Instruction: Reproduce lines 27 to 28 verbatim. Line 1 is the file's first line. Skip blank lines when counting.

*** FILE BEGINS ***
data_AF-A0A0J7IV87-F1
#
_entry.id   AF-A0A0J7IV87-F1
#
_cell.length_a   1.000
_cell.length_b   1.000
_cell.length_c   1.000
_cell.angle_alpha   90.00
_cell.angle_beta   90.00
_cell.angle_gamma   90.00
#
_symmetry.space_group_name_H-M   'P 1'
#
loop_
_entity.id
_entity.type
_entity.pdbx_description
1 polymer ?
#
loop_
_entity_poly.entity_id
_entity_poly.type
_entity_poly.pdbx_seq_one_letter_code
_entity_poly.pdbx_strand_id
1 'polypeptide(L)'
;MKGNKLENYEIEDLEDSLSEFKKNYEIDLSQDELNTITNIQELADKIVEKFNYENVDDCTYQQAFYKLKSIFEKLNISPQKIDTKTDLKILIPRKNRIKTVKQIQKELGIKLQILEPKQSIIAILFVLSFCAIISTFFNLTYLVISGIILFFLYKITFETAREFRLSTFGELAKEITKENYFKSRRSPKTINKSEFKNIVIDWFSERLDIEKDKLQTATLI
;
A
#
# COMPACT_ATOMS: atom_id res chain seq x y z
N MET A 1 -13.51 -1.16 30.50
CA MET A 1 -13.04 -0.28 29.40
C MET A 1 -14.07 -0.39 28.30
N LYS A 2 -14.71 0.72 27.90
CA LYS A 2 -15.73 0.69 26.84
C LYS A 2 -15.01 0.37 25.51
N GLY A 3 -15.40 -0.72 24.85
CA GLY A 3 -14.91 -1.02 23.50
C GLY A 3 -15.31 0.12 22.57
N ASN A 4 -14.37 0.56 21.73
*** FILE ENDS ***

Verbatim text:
;
A